You did a few simple things to your website and you got good rankings, visitors and revenue from your website. Then people started to abuse Google by doing dodgy things such as hacking websites and hiding text on websites to try to get top rankings. These techniques worked incredibly well and since then Google has been trying to clean the spam out of the search results.
They’ve introduced more and more sophisticated ways to eliminate spam but in reality they’re really struggling – the search results are as bad as they have ever been and Google’s forums are full of desperate, seemingly innocent people with terrifying stories of how their website has disappeared from Google and how their revenue has dried up overnight.
The current situation is that there are two main automatic penalties that you can be hit with and you can also be hit by a manual penalty that is applied after your site has been reviewed manually by a human being. All of these penalties can be overcome but they require a lot of hard work and a significant amount of pleading with Google!
Before we start, Google generally likes to be a vague and evasive as possible when it comes to penalties and how to deal with them. This is understandable because if they give too much information away then it makes it easy for people try to find a way around what they’re trying to do. But it makes life incredibly frustrating for those trying to overcome a penalty and those of us trying to advise on how to do so. We can’t tell you that if you do X, Y and Z then you’ll overcome the penalty – unfortunately it’s not that clear. But there are some specific things you can do which will ultimately help you get it lifted.
There are two main penalties that are in the headlines at the moment – Penguin and Panda.
Panda is meant to deal with ‘low quality’ websites such as sites that have very little text, have lots of adverts or have copied lots of content from other websites (known as scraper sites).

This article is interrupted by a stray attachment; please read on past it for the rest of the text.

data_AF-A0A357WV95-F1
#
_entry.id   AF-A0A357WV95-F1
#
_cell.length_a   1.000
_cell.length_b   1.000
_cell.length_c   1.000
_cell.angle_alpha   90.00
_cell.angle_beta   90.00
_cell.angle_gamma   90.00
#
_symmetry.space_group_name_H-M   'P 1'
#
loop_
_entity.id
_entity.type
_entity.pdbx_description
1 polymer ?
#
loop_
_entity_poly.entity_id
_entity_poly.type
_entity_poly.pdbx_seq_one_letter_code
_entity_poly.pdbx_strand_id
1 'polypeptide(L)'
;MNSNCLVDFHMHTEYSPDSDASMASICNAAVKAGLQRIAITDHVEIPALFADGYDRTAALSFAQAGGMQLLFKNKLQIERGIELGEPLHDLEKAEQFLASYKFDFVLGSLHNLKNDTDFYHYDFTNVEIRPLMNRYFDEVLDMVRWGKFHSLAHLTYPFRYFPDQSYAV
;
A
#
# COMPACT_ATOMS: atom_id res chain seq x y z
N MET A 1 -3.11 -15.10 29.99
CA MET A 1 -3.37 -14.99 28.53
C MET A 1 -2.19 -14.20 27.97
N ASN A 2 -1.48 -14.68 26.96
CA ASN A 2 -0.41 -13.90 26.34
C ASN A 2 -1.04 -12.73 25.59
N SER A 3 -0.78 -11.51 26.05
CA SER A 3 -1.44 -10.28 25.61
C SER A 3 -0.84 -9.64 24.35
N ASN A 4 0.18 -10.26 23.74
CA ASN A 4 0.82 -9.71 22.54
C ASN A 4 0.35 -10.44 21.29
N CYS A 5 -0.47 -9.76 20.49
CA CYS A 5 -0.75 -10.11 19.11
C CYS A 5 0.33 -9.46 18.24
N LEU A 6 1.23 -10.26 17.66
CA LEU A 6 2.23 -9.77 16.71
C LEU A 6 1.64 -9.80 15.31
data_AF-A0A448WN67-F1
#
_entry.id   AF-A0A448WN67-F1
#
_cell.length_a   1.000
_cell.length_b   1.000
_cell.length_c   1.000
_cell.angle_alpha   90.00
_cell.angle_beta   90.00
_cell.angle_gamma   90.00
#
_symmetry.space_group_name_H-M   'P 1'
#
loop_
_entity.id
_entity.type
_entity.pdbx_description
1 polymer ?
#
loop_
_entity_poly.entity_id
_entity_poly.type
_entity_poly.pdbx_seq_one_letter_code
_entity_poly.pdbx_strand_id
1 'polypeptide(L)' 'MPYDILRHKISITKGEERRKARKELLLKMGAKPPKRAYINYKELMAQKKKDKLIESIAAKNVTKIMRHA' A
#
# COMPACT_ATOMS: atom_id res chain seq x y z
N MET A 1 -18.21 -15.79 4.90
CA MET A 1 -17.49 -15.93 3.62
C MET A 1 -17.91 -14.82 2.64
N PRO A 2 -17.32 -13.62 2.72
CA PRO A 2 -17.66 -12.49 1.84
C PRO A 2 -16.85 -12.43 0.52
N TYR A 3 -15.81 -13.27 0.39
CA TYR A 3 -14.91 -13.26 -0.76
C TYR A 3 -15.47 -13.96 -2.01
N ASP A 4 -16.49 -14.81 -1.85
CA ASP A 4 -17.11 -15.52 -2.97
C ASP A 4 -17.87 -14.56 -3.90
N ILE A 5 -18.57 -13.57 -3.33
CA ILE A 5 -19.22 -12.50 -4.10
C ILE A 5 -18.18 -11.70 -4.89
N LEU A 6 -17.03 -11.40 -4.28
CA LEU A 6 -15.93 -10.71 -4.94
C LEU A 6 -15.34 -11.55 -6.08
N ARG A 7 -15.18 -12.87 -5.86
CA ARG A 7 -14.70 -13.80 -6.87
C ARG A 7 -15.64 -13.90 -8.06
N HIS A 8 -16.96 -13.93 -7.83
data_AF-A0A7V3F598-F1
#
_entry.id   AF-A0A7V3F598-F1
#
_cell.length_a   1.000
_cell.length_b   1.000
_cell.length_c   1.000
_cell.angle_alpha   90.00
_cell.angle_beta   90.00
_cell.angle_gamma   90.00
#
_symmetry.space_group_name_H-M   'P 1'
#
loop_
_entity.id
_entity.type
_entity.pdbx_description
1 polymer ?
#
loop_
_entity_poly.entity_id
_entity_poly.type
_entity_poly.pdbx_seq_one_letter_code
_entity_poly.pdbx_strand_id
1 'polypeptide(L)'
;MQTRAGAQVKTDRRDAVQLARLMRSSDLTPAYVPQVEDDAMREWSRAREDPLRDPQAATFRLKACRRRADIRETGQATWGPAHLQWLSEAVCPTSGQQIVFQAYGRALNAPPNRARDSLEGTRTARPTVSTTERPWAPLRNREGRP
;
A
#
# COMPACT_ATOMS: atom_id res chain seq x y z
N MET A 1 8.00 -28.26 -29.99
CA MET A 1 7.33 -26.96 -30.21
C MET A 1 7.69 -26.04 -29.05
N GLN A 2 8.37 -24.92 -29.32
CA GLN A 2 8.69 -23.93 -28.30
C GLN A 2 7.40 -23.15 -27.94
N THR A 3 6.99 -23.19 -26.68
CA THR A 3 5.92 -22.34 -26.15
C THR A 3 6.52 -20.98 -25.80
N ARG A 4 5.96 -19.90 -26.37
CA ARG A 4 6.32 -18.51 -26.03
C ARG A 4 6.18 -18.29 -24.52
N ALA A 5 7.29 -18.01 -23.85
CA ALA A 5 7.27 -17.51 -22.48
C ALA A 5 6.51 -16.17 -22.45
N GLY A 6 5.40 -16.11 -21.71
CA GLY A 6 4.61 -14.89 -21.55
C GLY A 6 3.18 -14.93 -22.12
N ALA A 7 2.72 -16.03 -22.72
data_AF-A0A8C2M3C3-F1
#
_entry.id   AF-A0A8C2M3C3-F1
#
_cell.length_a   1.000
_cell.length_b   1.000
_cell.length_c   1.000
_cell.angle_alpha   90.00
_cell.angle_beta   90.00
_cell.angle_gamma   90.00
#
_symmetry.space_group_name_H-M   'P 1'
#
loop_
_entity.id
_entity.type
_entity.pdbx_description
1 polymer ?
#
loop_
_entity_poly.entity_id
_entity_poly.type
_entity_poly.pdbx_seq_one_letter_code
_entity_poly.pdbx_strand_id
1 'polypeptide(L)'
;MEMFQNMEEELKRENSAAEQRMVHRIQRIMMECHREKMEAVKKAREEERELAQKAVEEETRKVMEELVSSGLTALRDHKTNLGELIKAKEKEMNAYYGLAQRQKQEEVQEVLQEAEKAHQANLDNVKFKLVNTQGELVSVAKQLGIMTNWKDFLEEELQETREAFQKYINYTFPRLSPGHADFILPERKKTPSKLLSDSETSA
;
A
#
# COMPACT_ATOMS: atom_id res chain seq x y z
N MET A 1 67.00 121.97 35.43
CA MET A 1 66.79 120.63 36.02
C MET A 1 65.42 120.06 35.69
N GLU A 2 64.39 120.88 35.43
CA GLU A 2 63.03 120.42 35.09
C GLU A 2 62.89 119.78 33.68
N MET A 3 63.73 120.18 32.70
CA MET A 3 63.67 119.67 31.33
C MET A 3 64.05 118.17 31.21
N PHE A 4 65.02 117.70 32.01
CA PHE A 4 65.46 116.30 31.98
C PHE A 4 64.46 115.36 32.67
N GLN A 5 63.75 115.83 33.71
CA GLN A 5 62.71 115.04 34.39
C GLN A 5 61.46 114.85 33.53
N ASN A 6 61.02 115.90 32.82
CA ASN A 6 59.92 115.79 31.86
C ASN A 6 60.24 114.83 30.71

Penguin deals with websites that have somehow got spammy links pointing to their website such as from blog comments, directories, paid links etc.
Both are algorithmic penalties which means that humans don’t get involved – Google’s computers have evaluated your website and decided that it’s violating their guidelines in some way and marked you down. If a human within Google has looked at your website and decided that it’s violating the rules in some way then you’ll get a notification through Google Webmaster Tools(GWT). If you’ve been hit by an algorithmic penalty then the first you’ll know is when the visitors dry up and you find you’ve dropped out of the results. You generally won’t be notified through GWT.
So the first thing to do is to ensure that you’re registered with Google Webmaster Tools. Even if you’re hit by Penguin or Panda, you’ll need to use GWT to ask Google to evaluate it again after you’ve cleaned up the site and/or the links pointing to it so you might as well get registered now.
If you think you’ve been hit but haven’t had a notification then the first thing to do is to try to work out whether it was Panda or Penguin. Moz keeps a handy list of when various Google updates were made so find out when your traffic dropped and then head over to this page to see if it ties up with any of Google’s updates. Hopefully you’ll find that it’s aligned with a Panda or a Penguin update.
The actual specifics of how to fix a Panda or Penguin affected website would make this article run way too long, so I’d suggest having a look at the following:
For Panda, this is how someone managed to overcome their penalty: http://smepals.com/seo/step-by-step-guide-google-panda-penalty-recovery
For Penguin, take a look here for a more in-depth look at what causes it and how to recover from it: http://www.ecreativeim.com/google-penguin-recovery
By using GWT, you can request that Google re-evaluates your website after you’ve cleaned it and/or the links up. When you do the reconsideration, explain all of the steps that you’ve taken. Google appears to have a god-complex and wants to see that you’ve made an effort to justify them forgiving you.
One final note is about the Google Disavow Tool. If you’ve been hit by Penguin then you can ask Google to ignore specific links that you feel may be hurting your website. This sounds great, but for some reason, Google/god wants you to try to get these links removed manually in the first instance by contacting the website owner and only using disavow as a last resort. Google will also expect you to detail all of your efforts in the reconsideration request to prove that you’re jumping through their hoops. You and I both know that this is an unnecessary pain but in this case Google is judge, jury and jailer so we have no option!
If you’ve made it this far then you may want to think about another alternative – hire an expert to do all this for you! We can recommend some trusted, proven experts to do this so please get in touch.